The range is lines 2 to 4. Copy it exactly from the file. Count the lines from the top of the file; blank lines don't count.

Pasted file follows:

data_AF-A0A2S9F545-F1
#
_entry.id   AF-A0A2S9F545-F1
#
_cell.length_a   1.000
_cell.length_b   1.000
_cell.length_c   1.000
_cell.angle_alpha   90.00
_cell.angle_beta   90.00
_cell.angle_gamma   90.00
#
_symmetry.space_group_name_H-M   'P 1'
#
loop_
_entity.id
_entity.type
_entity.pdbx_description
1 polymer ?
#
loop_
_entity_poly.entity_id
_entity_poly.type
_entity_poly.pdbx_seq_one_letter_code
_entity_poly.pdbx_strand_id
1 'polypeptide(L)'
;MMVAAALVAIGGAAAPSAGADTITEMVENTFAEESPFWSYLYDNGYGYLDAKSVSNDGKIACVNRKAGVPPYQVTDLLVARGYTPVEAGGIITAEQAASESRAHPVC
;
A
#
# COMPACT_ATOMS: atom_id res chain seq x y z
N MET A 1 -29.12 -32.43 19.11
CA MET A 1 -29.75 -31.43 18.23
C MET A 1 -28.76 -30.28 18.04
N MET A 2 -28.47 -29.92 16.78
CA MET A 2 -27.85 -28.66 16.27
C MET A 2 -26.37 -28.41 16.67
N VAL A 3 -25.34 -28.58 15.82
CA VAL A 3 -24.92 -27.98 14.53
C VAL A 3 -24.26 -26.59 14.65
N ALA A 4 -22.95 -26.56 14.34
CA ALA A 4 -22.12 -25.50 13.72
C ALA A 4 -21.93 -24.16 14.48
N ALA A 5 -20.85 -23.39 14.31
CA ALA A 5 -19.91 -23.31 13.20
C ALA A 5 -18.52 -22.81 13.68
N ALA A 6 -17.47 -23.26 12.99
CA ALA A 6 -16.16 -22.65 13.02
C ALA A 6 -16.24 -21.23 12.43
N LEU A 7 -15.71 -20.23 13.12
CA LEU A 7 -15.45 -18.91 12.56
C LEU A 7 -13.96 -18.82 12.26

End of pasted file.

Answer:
#
_entry.id   AF-A0A2S9F545-F1
#